Review: Sense of Sin by S@yr

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Beth Summers is a virgin. Starting her Masters degree in a new college, Beth is friendly, open, and, underneath everything, as bad a girl as there ever was. Bored of her small town past, Beth is eager to learn, but just as desperate to experience the wild side of college. All she needs is a strong, wild man for her to tame.

Adam Gold is hungry. Hungry for money, trouble, and a chance to make a name for himself as an artist. He’s also starved for a challenge in his love life. Bored of co-eds and the controversy stirred up by his artwork, Adam is after the sort of girl who can bring a tough guy like him to his knees.

Beth needs a tutor for art history, and Adam needs the good publicity, given the outcry over his explicit art. Soon, the two start to organize some very alternative study sessions. Will the artist be able to show her the ropes, or will Miss Not-So-Innocent tie him down once and for all?

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Review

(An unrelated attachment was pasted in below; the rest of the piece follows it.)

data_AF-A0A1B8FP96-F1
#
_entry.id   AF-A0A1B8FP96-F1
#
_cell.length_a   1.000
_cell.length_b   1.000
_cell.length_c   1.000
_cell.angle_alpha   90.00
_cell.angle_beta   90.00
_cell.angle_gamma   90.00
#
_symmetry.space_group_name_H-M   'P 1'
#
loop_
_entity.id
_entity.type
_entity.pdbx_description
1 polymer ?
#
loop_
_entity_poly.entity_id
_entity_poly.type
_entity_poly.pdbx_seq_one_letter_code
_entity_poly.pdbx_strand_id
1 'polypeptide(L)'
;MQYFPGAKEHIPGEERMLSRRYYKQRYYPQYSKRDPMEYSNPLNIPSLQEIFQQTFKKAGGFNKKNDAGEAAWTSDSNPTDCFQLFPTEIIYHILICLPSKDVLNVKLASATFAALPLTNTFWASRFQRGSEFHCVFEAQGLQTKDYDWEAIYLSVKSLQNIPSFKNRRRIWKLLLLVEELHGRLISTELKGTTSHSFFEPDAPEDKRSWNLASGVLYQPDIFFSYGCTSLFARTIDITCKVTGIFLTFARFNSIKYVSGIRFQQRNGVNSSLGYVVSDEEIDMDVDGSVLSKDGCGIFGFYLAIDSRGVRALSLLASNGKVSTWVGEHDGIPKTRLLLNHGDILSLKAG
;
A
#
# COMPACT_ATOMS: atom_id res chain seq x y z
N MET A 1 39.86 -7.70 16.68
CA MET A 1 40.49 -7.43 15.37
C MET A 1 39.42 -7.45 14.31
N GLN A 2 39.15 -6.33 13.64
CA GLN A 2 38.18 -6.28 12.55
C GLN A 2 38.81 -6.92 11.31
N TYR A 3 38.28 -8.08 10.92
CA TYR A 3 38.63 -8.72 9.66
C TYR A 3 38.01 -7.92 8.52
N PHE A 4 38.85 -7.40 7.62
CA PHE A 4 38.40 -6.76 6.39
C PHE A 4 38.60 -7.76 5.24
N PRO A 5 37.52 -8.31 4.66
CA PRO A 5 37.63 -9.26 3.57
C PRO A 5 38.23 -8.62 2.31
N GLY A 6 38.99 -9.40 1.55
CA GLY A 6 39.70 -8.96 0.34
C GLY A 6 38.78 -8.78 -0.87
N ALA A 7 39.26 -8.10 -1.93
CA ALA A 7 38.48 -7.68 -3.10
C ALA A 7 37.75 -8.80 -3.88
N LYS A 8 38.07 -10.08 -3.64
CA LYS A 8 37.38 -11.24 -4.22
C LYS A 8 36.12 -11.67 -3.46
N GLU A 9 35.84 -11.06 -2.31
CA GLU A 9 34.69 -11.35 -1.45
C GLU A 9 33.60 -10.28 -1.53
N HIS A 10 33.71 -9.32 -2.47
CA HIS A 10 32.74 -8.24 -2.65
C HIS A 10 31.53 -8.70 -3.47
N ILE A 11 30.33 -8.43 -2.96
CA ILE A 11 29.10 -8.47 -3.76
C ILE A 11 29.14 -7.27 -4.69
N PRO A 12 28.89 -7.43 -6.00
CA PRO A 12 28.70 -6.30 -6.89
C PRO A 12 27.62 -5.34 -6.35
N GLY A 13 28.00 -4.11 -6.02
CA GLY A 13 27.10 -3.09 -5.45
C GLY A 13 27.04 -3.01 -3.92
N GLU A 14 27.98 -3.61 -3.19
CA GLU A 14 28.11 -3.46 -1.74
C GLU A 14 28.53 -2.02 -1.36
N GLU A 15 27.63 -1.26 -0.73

3-stars

Sense of Sin is my first book by S@yr. Honestly, it was a bit tough to settle into. The book is about Beth coming into her own at graduate school and re-inventing herself. She wants to be in control, not only of herself, but of her sexual partner, but she is still a bit unsure of herself. The book flips back and forth between Beth and Adam’s point of view. Adam is an achieved artist at the college. He pushes the boundaries and is on the verge of expulsion. Beth is seeking a tutor and Adam applies for the job. They have an immediate attraction and Beth asserts her sexual dominance over Adam.

The hard part for me to get from the story was the back and forth in the chapters. One chapter we were back when Beth was in high school and the next chapter we were back to present date. There was no transition, buffer, or heading on the chapter to give you a heads up. Also, the timelines in some of the chapter’s didn’t match up. (i.e. Beth’s virginity being lost earlier on in the book, but then talking about a sex scene towards the end of the book and referring to her virginity and innocence). I feel as if some of the scenes were in for more of shock and awe, as they didn’t flow with the timeline or storyline.

Don’t get me wrong, I love a good gritty erotic book, but I think that Sense of Sin fell a little short in some areas. The romantic gestures Adam made toward Beth were a nice touch. The friendship Beth had with her neighbor added a good flare to the book. However, it wasn’t enough for me to feel as if there was more substance that needed to be included.

Reviewed by Shannon

LLEP Review Team

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